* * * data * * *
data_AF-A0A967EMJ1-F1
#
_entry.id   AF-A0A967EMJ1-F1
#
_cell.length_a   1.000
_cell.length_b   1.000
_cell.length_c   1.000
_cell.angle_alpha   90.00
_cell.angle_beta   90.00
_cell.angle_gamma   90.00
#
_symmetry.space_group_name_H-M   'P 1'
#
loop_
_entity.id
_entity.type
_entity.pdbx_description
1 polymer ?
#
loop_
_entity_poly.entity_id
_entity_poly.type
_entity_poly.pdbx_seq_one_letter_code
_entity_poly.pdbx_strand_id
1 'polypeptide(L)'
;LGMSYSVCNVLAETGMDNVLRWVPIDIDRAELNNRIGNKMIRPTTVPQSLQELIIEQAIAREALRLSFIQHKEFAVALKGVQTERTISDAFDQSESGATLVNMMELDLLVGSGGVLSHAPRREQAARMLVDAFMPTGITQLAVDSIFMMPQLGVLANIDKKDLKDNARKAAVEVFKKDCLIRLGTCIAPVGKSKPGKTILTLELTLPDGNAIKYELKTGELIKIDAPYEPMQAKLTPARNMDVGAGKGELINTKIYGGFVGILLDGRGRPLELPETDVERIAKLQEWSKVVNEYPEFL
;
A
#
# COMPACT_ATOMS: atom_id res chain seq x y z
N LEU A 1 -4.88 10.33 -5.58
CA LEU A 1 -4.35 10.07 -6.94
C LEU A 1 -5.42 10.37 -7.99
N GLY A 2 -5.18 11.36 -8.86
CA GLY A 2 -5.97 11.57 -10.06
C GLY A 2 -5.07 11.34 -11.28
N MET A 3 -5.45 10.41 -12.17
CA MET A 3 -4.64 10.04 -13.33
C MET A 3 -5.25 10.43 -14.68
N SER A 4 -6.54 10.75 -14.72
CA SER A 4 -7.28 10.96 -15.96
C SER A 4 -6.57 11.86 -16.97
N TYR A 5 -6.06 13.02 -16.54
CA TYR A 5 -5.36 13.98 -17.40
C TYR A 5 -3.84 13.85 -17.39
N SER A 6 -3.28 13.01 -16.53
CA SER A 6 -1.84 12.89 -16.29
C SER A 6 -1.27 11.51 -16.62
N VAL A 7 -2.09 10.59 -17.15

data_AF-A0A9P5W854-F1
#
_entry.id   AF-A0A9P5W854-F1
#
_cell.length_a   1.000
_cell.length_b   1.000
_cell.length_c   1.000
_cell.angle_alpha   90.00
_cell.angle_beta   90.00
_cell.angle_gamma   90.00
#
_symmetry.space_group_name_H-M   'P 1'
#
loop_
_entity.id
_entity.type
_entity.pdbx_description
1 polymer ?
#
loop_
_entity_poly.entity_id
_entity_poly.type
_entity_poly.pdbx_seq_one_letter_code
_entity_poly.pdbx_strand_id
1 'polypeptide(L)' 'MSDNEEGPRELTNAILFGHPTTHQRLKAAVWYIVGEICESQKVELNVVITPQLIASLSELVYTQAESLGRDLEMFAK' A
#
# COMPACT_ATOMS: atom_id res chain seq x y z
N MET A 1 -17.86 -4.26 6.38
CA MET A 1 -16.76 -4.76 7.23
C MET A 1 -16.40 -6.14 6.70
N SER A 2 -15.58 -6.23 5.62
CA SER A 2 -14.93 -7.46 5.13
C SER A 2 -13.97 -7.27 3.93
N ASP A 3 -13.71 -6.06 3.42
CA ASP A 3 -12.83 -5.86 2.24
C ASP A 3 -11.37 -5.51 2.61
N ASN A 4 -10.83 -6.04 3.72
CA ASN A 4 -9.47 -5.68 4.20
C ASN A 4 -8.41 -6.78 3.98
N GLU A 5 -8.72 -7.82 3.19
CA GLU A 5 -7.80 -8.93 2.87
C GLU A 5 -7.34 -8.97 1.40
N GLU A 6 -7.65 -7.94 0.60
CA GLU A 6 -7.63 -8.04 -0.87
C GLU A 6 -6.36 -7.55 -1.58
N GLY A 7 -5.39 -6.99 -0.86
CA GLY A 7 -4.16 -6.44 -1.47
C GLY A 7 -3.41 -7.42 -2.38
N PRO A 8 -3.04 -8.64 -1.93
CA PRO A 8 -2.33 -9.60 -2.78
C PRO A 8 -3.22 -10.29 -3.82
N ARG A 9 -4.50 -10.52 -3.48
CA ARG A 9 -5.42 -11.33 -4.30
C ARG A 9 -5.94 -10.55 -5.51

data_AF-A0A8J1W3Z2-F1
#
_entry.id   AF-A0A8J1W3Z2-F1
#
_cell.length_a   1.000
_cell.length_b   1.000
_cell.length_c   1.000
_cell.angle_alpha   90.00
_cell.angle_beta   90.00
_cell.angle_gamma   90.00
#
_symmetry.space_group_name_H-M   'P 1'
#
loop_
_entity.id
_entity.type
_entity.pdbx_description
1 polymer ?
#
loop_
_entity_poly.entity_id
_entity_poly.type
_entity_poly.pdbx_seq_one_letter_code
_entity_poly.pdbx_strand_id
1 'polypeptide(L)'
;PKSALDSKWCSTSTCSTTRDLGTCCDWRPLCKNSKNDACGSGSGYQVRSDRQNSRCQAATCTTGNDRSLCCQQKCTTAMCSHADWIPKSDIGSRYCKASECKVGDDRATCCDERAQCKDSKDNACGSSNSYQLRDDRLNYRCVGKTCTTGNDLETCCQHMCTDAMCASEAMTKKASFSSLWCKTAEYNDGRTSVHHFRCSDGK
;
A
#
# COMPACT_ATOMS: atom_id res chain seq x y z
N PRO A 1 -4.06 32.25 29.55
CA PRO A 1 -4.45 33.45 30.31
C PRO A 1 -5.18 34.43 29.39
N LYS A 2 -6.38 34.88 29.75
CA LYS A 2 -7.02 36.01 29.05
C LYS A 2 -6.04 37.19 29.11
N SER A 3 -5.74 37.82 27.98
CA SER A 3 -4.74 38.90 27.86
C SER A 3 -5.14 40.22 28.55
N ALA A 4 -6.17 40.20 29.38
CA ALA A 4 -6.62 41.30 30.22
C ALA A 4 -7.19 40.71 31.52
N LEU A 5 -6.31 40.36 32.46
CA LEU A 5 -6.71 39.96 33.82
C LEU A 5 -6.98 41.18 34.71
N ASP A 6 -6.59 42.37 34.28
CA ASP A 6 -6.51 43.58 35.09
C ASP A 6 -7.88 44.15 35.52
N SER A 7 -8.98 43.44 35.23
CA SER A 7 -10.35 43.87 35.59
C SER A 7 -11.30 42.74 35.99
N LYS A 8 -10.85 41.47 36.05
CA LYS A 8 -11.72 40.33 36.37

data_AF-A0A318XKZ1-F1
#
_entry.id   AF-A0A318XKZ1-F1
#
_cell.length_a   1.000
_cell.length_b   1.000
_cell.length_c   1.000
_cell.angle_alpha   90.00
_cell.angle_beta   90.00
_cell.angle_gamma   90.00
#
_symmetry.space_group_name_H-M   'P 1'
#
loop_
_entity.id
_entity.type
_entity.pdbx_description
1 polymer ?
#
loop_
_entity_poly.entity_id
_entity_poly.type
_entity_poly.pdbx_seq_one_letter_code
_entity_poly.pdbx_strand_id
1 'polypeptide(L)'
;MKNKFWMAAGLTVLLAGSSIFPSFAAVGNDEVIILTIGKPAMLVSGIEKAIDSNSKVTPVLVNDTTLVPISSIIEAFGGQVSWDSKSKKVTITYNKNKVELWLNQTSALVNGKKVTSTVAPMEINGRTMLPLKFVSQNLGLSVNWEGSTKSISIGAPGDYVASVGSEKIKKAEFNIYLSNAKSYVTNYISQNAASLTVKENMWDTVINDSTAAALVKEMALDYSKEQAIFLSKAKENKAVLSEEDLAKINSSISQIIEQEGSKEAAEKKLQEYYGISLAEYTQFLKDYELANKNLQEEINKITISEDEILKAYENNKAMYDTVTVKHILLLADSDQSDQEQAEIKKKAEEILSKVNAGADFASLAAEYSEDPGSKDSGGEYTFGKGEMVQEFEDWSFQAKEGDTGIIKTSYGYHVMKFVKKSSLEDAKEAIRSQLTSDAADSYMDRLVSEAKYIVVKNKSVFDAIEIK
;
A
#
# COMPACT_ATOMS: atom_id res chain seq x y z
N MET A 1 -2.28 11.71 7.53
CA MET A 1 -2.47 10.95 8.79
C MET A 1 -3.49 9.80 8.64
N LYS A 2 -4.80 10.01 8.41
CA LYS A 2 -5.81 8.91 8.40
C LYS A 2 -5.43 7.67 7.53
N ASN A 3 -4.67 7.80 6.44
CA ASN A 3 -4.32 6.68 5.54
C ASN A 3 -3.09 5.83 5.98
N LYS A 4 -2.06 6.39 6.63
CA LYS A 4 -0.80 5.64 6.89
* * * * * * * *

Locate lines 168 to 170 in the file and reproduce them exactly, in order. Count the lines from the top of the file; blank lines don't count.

_symmetry.space_group_name_H-M   'P 1'
#
loop_